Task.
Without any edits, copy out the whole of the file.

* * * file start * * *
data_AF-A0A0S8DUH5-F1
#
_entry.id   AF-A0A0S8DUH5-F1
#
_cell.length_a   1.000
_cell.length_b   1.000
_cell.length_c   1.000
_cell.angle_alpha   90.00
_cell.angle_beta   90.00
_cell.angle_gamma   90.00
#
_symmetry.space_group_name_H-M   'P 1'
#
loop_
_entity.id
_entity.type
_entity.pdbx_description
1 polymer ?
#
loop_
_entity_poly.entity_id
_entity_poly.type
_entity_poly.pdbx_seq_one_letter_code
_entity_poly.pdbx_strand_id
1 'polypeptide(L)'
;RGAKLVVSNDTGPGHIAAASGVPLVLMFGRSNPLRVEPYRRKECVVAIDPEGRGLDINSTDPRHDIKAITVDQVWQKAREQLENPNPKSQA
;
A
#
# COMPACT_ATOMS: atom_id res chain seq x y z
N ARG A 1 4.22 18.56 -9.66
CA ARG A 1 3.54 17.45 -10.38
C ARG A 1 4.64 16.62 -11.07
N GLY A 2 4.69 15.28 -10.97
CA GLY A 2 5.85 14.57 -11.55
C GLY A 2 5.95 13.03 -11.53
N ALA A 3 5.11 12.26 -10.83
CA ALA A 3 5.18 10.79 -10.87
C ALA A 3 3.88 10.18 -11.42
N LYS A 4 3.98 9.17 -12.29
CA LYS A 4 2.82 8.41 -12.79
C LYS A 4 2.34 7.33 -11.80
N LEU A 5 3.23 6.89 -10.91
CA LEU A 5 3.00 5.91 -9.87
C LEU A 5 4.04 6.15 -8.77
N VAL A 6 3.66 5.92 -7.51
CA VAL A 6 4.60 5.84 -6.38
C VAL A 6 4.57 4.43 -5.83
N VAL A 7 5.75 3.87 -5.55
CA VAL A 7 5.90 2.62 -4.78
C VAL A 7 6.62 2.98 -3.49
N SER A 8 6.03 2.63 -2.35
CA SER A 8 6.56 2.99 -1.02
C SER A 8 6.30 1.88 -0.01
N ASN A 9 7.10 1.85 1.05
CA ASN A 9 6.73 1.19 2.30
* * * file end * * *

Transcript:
data_AF-A0A0S8DUH5-F1
#
_entry.id   AF-A0A0S8DUH5-F1
#
_cell.length_a   1.000
_cell.length_b   1.000
_cell.length_c   1.000
_cell.angle_alpha   90.00
_cell.angle_beta   90.00
_cell.angle_gamma   90.00
#
_symmetry.space_group_name_H-M   'P 1'
#
loop_
_entity.id
_entity.type
_entity.pdbx_description
1 polymer ?
#
loop_
_entity_poly.entity_id
_entity_poly.type
_entity_poly.pdbx_seq_one_letter_code
_entity_poly.pdbx_strand_id
1 'polypeptide(L)'
;RGAKLVVSNDTGPGHIAAASGVPLVLMFGRSNPLRVEPYRRKECVVAIDPEGRGLDINSTDPRHDIKAITVDQVWQKAREQLENPNPKSQA
;
A
#
# COMPACT_ATOMS: atom_id res chain seq x y z
N ARG A 1 4.22 18.56 -9.66
CA ARG A 1 3.54 17.45 -10.38
C ARG A 1 4.64 16.62 -11.07
N GLY A 2 4.69 15.28 -10.97
CA GLY A 2 5.85 14.57 -11.55
C GLY A 2 5.95 13.03 -11.53
N ALA A 3 5.11 12.26 -10.83
CA ALA A 3 5.18 10.79 -10.87
C ALA A 3 3.88 10.18 -11.42
N LYS A 4 3.98 9.17 -12.29
CA LYS A 4 2.82 8.41 -12.79
C LYS A 4 2.34 7.33 -11.80
N LEU A 5 3.23 6.89 -10.91
CA LEU A 5 3.00 5.91 -9.87
C LEU A 5 4.04 6.15 -8.77
N VAL A 6 3.66 5.92 -7.51
CA VAL A 6 4.60 5.84 -6.38
C VAL A 6 4.57 4.43 -5.83
N VAL A 7 5.75 3.87 -5.55
CA VAL A 7 5.90 2.62 -4.78
C VAL A 7 6.62 2.98 -3.49
N SER A 8 6.03 2.63 -2.35
CA SER A 8 6.56 2.99 -1.02
C SER A 8 6.30 1.88 -0.01
N ASN A 9 7.10 1.85 1.05
CA ASN A 9 6.73 1.19 2.30